Forty years ago Thursday, a dozen gunmen stormed three buildings in downtown Washington, D.C. They took 150 hostages. They killed one person, a radio reporter. And they left dozens injured, including then-Councilmember Marion Barry.
For 39 hours, D.C. residents watched and waited as negotiators bargained to free the hostages. Muslim ambassadors from Iran, Egypt and Pakistan worked with police to convince the gunmen, all Hanafi Muslims, to surrender.
It came to be known as the Hanafi Siege, and it is the focus of a panel discussion Thursday night hosted by D.C. Council at the Wilson Building, one of the siege sites.
The panel will feature Arrington Dixon, Ward 4 Councilmember at the time and former hostage; Maurice Cullinane, police chief at the time; Earl Silbert, then the United States Attorney for Washington, D.C.; and Mark Tuohey, an assistant U.S. Attorney at the time. News4’s Pat Collins, who covered the siege, will moderate.
The siege was led by Hamas Abdul Khaalis, a former member of the Nation of Islam who became an outspoken critic of the movement after he broke off to form the Hanafi Movement. Khaalis set up his own Hanafi Muslim Center in Northwest D.C. in a home purchased for him by an associate, Los Angeles Lakers star Kareem Abdul-Jabbar, Collins reported on the 35th anniversary of the siege.
In 1973, gunmen broke into Khaalis’ Hanafi Center and slaughtered seven members of his family, including his children and grandchildren. The murders were caught, tried and sentenced, but Khaalis wasn’t satisfied. He believed the men were sent by the Nation of Islam and that the judge in their trial ignored that connection.
Four years later, Khaalis led a group of Hanafi Muslims as they stormed the Wilson Building (then known as the District Building), the B’nai B’rith International Center and the Islamic Center of Washington.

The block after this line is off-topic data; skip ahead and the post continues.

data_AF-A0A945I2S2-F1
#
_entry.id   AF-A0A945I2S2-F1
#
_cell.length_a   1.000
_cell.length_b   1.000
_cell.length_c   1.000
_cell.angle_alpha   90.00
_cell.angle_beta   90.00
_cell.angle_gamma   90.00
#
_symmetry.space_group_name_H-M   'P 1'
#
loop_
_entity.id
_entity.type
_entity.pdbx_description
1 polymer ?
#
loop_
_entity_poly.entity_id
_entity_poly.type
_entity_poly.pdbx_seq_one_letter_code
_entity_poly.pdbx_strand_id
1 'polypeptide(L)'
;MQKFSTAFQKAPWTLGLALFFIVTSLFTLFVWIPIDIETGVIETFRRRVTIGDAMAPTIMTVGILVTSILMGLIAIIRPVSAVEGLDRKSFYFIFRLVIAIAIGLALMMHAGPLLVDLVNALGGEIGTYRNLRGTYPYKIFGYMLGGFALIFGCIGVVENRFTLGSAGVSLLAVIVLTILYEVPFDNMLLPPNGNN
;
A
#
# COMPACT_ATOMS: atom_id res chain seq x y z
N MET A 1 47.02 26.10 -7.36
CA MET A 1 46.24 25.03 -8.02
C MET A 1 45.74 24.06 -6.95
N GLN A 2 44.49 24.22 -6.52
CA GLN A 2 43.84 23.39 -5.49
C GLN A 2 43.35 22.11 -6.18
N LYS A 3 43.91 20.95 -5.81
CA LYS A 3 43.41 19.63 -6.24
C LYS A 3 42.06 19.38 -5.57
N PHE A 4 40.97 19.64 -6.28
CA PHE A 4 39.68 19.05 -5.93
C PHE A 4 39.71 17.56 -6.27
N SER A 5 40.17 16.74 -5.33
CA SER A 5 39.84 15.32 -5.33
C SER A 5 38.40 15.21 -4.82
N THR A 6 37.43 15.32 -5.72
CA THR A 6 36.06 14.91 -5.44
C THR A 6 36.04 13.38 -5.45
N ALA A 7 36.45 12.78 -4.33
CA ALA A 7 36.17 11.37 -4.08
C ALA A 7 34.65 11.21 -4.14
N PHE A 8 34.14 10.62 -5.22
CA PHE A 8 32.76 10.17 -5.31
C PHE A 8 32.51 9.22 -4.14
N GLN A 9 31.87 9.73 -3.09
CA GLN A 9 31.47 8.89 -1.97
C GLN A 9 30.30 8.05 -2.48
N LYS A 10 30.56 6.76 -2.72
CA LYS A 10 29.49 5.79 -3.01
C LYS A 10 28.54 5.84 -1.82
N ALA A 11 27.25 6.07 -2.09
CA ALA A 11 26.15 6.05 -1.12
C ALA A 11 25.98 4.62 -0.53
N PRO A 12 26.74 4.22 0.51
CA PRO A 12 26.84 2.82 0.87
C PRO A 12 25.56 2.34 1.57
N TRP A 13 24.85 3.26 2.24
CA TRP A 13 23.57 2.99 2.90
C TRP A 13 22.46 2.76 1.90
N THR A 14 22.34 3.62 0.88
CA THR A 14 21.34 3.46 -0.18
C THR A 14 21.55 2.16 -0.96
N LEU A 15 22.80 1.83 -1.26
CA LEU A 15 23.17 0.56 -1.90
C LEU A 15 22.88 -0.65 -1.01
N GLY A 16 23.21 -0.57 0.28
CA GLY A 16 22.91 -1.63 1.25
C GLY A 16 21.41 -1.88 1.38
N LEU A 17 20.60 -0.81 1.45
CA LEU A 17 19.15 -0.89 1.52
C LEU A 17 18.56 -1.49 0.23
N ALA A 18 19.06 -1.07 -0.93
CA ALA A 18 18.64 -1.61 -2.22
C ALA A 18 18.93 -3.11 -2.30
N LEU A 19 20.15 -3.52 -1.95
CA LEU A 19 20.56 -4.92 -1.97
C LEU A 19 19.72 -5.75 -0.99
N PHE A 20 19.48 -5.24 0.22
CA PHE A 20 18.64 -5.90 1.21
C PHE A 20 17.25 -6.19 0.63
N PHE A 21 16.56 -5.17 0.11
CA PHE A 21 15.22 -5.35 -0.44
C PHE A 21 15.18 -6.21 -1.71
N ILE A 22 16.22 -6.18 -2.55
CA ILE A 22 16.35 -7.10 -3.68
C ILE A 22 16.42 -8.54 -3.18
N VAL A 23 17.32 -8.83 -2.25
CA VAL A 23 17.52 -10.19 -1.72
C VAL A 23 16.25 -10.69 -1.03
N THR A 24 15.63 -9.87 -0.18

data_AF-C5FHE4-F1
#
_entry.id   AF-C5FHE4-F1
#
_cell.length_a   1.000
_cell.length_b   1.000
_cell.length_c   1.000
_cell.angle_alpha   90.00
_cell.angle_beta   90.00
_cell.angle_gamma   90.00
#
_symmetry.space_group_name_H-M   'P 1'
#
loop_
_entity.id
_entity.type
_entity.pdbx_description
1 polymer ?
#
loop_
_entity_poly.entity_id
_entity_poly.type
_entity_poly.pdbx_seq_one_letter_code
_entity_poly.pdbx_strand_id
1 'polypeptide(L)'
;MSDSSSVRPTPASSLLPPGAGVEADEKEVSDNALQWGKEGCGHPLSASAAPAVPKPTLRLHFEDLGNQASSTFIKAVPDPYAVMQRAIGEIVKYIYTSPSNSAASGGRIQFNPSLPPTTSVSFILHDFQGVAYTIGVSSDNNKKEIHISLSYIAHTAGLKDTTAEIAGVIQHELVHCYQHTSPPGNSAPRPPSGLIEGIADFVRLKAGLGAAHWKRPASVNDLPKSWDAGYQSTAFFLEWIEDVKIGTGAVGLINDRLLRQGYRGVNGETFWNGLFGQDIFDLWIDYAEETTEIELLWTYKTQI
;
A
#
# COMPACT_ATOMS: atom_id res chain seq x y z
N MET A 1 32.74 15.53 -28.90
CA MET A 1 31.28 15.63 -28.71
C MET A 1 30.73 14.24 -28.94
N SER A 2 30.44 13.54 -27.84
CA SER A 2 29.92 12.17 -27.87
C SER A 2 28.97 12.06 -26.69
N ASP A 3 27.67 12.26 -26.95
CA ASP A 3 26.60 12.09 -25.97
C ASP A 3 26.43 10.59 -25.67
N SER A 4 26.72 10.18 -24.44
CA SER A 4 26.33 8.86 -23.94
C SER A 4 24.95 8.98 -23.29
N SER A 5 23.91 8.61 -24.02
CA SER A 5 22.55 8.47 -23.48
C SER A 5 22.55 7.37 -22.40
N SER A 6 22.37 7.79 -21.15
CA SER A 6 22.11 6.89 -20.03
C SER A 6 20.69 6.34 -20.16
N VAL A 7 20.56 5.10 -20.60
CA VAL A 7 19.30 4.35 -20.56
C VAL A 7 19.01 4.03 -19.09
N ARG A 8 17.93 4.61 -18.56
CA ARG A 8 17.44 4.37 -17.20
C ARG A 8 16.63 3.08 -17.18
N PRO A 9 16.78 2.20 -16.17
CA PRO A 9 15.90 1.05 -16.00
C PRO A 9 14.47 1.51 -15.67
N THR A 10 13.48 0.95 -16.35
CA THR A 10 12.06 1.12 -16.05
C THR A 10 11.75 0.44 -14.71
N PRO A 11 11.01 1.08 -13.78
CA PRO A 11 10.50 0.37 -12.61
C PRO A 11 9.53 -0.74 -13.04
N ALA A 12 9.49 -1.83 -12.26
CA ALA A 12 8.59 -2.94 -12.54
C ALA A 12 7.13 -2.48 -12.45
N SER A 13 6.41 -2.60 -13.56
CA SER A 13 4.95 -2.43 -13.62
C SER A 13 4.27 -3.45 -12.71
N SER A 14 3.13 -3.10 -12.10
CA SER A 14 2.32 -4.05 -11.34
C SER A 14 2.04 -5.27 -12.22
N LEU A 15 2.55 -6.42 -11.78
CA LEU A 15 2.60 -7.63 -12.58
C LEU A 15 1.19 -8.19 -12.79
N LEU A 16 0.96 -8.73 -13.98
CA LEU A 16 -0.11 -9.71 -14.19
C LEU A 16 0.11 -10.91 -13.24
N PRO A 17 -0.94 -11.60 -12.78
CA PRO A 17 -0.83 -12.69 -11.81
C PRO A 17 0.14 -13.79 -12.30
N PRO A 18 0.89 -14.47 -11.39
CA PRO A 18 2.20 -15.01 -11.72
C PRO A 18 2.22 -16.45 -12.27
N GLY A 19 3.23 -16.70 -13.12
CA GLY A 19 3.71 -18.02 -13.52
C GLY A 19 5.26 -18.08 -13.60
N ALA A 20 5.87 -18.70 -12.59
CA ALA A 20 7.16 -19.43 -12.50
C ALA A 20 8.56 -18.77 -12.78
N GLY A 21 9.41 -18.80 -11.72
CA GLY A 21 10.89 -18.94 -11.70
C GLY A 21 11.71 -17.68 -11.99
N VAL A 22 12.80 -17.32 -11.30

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Khaalis had two main demands: that the D.C. government turn over the men who had been convicted of murdering Khaalis’ family and that the movie “Mohammad, Messenger of God” be banned because of its sacrilegious portrayal of the prophet Mohammad, according to a 1977 TIME Magazine article. (Mohammad is not actually seen or heard at any point in the movie.)
"We have told this government to get busy and get the murderers that came into out house on January 18,  and murdered our babies. And our children. And shot up our women. Tell them the payday is here. We gonna pull the cover off of them. No more games," Khaalis told the Washington Post at the time.
The majority of the hostages, over 100, were taken at the B’nai B’rith headquarters, then located on Rhode Island Avenue NW.
“When I entered the second floor, there were bodies on top of bodies,” Rae Ehrlich, a hostage at B’nai B’rith, told the Post in 2007. “I thought everyone was dead.”
They were not dead. Tragically, the gunmen at the Wilson Building did open fire, killing Maurice Williams, a young radio reporter for WHUR-FM. A security guard, Mack Cantrell, was shot. He later died of a heart attack, which his family has always blamed on the siege, News4's Mark Segraves said.
Marion Barry walked out of his office after hearing the commotion and was struck by a shotgun pellet just above the heart. Barry stumbled back into the council chamber, where he was rescued via firetruck ladder and taken to the hospital.
The next year Barry would be elected to his first term as mayor. Thirty years after the attack, the press room in the Wilson Building was dedicated to Williams.
The ordeal finally came to an end the next day, after Khaalis agreed to meet with city officials and the Iranian, Egyptian and Pakistani ambassadors. Hostages were released from all three locations and Khaalis and his men were charged.
All the gunmen were tried and convicted. Khaalis died in prison in 2003.
“It’s been a long time, but some things you never forget," Barry told the Post in 2007. "And that’s one of them.”